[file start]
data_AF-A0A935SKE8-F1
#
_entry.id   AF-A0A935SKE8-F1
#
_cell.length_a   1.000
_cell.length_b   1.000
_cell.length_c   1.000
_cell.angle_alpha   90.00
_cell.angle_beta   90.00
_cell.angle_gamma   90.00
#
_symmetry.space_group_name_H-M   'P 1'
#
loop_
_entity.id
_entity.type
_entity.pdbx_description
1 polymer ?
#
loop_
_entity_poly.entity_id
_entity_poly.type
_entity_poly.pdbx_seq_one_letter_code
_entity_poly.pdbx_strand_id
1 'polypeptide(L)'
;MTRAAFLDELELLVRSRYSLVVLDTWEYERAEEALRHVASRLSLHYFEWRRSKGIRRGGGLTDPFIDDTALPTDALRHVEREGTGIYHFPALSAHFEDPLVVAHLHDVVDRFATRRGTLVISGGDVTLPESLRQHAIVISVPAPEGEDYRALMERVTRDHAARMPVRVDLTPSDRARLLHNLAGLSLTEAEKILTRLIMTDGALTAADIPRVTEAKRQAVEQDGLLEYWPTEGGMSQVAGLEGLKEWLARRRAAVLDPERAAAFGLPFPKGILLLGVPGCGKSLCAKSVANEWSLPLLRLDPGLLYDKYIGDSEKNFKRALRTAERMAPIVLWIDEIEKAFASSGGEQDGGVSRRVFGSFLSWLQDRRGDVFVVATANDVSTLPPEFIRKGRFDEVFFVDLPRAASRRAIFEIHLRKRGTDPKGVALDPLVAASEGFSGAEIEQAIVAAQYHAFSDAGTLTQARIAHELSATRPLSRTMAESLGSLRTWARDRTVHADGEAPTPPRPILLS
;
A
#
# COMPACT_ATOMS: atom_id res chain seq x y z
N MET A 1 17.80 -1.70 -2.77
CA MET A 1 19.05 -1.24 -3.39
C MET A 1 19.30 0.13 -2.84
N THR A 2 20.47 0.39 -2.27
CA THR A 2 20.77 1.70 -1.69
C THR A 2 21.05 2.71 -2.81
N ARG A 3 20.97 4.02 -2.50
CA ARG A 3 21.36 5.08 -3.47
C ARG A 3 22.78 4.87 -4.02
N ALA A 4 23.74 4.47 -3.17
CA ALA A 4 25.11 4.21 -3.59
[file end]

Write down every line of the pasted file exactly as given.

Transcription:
data_AF-A0A935SKE8-F1
#
_entry.id   AF-A0A935SKE8-F1
#
_cell.length_a   1.000
_cell.length_b   1.000
_cell.length_c   1.000
_cell.angle_alpha   90.00
_cell.angle_beta   90.00
_cell.angle_gamma   90.00
#
_symmetry.space_group_name_H-M   'P 1'
#
loop_
_entity.id
_entity.type
_entity.pdbx_description
1 polymer ?
#
loop_
_entity_poly.entity_id
_entity_poly.type
_entity_poly.pdbx_seq_one_letter_code
_entity_poly.pdbx_strand_id
1 'polypeptide(L)'
;MTRAAFLDELELLVRSRYSLVVLDTWEYERAEEALRHVASRLSLHYFEWRRSKGIRRGGGLTDPFIDDTALPTDALRHVEREGTGIYHFPALSAHFEDPLVVAHLHDVVDRFATRRGTLVISGGDVTLPESLRQHAIVISVPAPEGEDYRALMERVTRDHAARMPVRVDLTPSDRARLLHNLAGLSLTEAEKILTRLIMTDGALTAADIPRVTEAKRQAVEQDGLLEYWPTEGGMSQVAGLEGLKEWLARRRAAVLDPERAAAFGLPFPKGILLLGVPGCGKSLCAKSVANEWSLPLLRLDPGLLYDKYIGDSEKNFKRALRTAERMAPIVLWIDEIEKAFASSGGEQDGGVSRRVFGSFLSWLQDRRGDVFVVATANDVSTLPPEFIRKGRFDEVFFVDLPRAASRRAIFEIHLRKRGTDPKGVALDPLVAASEGFSGAEIEQAIVAAQYHAFSDAGTLTQARIAHELSATRPLSRTMAESLGSLRTWARDRTVHADGEAPTPPRPILLS
;
A
#
# COMPACT_ATOMS: atom_id res chain seq x y z
N MET A 1 17.80 -1.70 -2.77
CA MET A 1 19.05 -1.24 -3.39
C MET A 1 19.30 0.13 -2.84
N THR A 2 20.47 0.39 -2.27
CA THR A 2 20.77 1.70 -1.69
C THR A 2 21.05 2.71 -2.81
N ARG A 3 20.97 4.02 -2.50
CA ARG A 3 21.36 5.08 -3.47
C ARG A 3 22.78 4.87 -4.02
N ALA A 4 23.74 4.47 -3.17
CA ALA A 4 25.11 4.21 -3.59